When I first heard about Knox Hamilton, I was intrigued by the notion that they sound like a blend of The 1975, Walk The Moon, and Phoenix, because these bands all produce songs that get people dancing and moving. After listening to their debut album, The Heights, I can say that Knox Hamilton more than fits this upbeat, feel-good vibe. With their first full-length attempt, vocalist Boots Copeland, drummer Cobo Copeland, and guitarist Drew Buffington created a record that is indicative of the band’s transition to a sound that represents them. At the same time, their music still has a sweet tone that makes people want to nod their heads along in approval.
“We Get Back” welcomes listeners with a tune reminiscent of an island vacation, accompanied by catchy guitar riffs. With more synth and bells incorporated into them, “Pretty Way To Fight” and “Washed Up Together” give off an 80s instrumental style. During “Pretty Way To Fight,” similarly to the way a fight has its ups and downs, the quieter parts of the song contrast with the louder sections to create a dichotomy.
Fittingly, it seems as though “Set It On Fire” could coax a fire to start. Initially, I believed the song would be angsty and angry, but I was surprised to find that it’s the opposite, as the chorus is sung in falsetto and with a softer tone. The deep sound of the guitar and drums works well together in accompanying the high vocals.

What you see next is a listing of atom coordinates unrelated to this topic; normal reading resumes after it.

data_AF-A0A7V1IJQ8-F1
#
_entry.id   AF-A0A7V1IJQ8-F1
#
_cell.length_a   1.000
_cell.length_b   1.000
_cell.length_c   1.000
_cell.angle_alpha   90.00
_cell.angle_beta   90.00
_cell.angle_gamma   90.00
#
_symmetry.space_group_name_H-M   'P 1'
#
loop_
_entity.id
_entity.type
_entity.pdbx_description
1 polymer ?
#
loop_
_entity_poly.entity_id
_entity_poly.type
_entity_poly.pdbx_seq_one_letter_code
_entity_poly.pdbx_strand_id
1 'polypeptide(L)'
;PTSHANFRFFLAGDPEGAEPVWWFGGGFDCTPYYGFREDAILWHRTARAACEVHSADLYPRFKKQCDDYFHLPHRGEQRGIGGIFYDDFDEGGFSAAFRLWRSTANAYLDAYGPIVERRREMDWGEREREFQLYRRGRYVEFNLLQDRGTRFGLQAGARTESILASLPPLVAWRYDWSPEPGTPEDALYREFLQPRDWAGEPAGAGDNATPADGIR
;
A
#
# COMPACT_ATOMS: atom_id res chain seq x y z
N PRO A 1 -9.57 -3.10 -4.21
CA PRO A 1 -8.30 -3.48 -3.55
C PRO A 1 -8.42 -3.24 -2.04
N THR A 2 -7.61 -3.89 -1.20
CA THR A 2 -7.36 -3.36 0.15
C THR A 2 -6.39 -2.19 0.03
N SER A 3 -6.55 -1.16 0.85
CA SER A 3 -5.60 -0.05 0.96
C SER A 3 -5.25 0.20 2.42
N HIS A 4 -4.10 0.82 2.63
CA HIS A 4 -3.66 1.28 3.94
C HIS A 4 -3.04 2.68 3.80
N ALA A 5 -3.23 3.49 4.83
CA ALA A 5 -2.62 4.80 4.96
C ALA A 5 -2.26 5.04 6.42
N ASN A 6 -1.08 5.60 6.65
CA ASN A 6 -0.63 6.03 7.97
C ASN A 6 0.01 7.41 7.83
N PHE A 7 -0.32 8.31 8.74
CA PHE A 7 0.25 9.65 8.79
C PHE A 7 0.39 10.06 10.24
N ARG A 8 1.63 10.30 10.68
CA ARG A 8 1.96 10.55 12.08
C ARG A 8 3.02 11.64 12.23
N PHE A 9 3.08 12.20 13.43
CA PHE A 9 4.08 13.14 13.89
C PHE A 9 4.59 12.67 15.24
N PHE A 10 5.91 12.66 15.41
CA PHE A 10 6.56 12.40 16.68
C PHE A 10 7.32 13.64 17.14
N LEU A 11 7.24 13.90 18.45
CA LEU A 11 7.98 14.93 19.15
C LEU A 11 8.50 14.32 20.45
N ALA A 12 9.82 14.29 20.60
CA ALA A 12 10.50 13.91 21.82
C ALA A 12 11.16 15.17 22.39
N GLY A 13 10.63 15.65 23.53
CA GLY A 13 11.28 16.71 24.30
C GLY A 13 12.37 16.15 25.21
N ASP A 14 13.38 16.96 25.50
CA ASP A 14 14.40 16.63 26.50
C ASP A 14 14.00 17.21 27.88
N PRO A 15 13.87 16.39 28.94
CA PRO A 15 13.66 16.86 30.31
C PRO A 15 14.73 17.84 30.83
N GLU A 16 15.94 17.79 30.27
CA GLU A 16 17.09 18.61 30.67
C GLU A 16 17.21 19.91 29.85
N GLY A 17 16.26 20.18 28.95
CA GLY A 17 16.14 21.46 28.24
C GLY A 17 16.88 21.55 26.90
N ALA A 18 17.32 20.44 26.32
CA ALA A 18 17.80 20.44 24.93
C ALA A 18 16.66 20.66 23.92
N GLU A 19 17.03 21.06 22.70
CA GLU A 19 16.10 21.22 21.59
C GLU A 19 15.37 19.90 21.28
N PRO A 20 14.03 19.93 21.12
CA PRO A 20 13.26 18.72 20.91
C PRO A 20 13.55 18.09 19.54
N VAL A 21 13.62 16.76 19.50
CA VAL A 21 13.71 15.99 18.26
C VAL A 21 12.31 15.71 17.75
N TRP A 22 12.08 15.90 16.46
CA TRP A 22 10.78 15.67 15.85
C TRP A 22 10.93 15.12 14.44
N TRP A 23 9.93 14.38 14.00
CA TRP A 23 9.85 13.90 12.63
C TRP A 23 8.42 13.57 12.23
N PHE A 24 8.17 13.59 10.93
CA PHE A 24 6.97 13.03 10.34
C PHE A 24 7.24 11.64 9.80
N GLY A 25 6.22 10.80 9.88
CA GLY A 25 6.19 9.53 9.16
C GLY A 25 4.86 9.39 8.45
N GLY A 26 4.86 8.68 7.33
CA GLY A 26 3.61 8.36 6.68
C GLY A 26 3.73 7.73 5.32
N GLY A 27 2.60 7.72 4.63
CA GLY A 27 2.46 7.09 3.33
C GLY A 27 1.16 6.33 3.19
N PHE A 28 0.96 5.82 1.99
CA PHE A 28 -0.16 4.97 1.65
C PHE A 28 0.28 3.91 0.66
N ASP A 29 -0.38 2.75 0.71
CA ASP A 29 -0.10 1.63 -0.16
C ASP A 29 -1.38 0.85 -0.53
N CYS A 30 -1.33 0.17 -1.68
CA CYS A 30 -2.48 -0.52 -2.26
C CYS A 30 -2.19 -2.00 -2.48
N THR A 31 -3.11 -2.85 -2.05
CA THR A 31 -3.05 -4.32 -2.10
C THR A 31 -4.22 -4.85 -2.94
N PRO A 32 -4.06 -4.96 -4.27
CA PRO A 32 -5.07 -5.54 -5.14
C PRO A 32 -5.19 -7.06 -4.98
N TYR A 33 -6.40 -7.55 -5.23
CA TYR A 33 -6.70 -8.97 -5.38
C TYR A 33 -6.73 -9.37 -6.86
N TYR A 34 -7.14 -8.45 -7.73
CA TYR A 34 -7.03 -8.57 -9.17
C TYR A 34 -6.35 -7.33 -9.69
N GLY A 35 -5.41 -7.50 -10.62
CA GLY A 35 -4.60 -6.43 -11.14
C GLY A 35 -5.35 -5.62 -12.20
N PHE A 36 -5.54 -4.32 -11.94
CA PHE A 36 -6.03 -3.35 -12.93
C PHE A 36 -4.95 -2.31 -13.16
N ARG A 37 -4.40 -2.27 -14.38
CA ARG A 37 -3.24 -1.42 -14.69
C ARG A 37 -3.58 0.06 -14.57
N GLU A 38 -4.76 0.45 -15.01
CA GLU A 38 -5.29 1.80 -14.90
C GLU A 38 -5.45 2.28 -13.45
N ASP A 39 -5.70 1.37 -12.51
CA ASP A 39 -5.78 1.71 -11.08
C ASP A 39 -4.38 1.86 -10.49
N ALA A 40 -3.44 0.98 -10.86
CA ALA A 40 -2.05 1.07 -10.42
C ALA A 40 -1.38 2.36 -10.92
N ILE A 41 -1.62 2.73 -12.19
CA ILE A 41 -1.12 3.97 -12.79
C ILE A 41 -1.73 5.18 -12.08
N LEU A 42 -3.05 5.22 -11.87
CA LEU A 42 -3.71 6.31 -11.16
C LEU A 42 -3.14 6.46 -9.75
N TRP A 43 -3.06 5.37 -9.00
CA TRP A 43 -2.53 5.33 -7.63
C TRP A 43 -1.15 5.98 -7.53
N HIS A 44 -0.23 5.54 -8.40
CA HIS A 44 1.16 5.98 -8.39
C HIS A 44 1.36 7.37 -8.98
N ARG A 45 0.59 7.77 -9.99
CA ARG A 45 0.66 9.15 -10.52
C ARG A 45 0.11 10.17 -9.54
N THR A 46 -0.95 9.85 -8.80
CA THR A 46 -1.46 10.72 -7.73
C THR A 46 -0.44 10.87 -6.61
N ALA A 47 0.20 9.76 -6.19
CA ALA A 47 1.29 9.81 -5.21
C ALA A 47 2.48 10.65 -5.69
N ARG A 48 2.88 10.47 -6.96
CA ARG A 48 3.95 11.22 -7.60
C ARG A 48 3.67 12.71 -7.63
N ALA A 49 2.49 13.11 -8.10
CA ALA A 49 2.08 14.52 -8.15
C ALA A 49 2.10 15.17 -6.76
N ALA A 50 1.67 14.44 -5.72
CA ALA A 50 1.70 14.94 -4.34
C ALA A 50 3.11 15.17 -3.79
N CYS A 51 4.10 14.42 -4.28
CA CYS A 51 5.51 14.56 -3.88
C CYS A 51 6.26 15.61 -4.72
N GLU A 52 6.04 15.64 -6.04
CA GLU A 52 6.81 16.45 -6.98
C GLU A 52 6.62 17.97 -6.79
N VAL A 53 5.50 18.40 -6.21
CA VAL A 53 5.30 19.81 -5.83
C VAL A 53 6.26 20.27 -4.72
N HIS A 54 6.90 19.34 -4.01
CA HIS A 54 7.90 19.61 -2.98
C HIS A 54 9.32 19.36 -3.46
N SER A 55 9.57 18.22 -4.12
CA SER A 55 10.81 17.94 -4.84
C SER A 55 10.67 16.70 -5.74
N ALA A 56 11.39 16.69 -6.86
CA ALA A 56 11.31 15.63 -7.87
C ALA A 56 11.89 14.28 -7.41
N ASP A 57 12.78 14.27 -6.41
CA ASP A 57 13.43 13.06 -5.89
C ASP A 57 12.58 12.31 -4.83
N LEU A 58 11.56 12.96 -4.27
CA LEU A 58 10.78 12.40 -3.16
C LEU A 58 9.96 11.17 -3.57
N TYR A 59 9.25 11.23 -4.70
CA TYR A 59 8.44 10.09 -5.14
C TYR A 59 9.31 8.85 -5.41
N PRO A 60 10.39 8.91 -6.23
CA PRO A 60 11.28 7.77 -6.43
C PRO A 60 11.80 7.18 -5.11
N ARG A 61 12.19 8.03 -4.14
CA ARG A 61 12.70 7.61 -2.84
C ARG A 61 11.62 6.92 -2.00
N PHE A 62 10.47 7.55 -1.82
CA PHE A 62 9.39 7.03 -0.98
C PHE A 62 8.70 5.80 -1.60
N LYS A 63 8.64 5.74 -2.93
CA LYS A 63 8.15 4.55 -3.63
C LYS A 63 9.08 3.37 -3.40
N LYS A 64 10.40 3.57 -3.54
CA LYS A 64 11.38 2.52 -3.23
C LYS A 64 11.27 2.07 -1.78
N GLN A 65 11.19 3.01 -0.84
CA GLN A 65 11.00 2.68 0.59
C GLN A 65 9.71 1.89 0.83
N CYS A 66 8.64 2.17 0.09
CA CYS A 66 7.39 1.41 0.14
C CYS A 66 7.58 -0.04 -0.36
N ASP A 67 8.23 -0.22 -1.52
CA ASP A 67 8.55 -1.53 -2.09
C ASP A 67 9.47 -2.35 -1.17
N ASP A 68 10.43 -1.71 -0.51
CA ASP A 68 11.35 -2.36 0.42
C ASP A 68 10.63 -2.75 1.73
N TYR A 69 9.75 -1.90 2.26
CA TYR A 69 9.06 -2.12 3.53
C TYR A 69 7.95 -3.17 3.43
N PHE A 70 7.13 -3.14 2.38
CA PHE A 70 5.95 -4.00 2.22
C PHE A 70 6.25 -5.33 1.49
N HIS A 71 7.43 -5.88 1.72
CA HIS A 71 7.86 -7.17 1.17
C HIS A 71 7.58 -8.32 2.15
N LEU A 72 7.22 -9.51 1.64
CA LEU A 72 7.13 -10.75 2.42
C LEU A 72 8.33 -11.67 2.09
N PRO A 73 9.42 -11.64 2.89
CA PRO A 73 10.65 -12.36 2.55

In “Sight For Sore Eyes,” the lyrics convey the range of emotions people may feel during the first stage of a relationship. This is enhanced by the song’s instrumental components, as the bridge slows down the melody before it bounces back to its original fast tempo.
When it comes to conflicts in relationships and breakups, musicians tend to draw inspiration from the sadder moments, but Knox Hamilton takes a more calmer, positive approach. This is exhibited in “Work It Out,” which showcases the thoughts of someone wanting to work out conflicts in a relationship. The higher pitched sound of the synths and guitar reflect the hope that is present in the lyrics.
While I can see Knox Hamilton experimenting with different tempos in their future music to add more variety and depth to their style, overall, I believe The Heights will be an album that sets the tone for summer night gatherings and late night drives with the windows rolled down. Before listeners realize it, they will find themselves jamming along, especially during the instrumental breaks.
REVIEW BY ELIZABETH LOO